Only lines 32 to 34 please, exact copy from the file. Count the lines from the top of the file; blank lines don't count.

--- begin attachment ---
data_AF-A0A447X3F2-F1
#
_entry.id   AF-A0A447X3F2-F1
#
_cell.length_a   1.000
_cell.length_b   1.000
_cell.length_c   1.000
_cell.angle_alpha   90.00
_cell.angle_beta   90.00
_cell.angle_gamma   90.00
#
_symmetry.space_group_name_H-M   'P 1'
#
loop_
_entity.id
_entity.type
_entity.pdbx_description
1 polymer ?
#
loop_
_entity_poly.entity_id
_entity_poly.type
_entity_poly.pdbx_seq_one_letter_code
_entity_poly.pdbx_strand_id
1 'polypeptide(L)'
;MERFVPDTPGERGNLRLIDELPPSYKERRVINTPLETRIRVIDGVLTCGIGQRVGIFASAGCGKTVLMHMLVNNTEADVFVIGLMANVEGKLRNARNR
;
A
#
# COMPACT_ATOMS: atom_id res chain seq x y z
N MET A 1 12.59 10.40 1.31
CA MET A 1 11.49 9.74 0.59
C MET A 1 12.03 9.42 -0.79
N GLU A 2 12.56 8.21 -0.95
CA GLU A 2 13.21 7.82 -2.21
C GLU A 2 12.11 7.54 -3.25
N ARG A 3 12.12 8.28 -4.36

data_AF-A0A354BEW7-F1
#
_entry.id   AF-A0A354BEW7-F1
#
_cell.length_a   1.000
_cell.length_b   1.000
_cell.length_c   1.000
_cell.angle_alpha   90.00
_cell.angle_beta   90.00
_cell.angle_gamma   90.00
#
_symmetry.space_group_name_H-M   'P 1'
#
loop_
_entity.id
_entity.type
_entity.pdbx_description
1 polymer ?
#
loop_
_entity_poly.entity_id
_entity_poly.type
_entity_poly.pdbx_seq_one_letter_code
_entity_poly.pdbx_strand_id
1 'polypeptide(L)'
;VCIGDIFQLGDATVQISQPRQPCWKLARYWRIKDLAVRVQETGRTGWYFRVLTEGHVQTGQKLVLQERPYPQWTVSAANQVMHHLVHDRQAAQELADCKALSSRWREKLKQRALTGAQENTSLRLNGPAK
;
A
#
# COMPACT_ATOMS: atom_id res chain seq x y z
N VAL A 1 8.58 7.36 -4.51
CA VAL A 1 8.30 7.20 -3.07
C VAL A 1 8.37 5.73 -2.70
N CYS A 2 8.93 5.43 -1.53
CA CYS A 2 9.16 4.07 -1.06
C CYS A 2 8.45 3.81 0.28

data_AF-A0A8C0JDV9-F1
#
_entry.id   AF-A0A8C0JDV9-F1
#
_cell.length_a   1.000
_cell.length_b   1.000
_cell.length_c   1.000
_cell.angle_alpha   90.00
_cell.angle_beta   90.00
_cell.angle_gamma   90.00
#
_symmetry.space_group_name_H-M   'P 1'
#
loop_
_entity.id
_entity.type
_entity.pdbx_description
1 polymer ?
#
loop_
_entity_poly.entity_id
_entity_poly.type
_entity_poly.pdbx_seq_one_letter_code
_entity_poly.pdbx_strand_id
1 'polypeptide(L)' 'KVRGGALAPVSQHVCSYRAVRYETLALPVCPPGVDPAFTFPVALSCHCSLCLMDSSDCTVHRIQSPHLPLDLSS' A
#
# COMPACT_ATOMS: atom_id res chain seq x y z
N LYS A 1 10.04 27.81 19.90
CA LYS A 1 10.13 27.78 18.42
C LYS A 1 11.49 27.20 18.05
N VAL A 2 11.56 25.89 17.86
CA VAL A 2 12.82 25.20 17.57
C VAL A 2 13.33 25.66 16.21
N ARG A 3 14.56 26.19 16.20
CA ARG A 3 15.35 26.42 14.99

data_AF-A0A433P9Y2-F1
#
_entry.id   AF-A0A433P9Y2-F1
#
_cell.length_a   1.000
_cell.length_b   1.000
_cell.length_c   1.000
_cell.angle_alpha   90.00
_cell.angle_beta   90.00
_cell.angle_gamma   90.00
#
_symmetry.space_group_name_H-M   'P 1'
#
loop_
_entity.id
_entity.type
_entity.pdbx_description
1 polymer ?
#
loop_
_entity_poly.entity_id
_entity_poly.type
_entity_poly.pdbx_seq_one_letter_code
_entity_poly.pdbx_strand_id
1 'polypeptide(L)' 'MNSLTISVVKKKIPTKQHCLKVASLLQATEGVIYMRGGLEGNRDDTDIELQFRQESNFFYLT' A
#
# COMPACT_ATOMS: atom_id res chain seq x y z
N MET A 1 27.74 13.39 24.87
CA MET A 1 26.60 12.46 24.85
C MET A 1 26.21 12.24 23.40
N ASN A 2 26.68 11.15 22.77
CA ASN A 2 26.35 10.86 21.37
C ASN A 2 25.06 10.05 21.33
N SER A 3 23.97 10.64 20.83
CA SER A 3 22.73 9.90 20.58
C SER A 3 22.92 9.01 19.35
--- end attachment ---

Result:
CA MET A 1 11.49 9.74 0.59
C MET A 1 12.03 9.42 -0.79
N GLU A 2 12.56 8.21 -0.95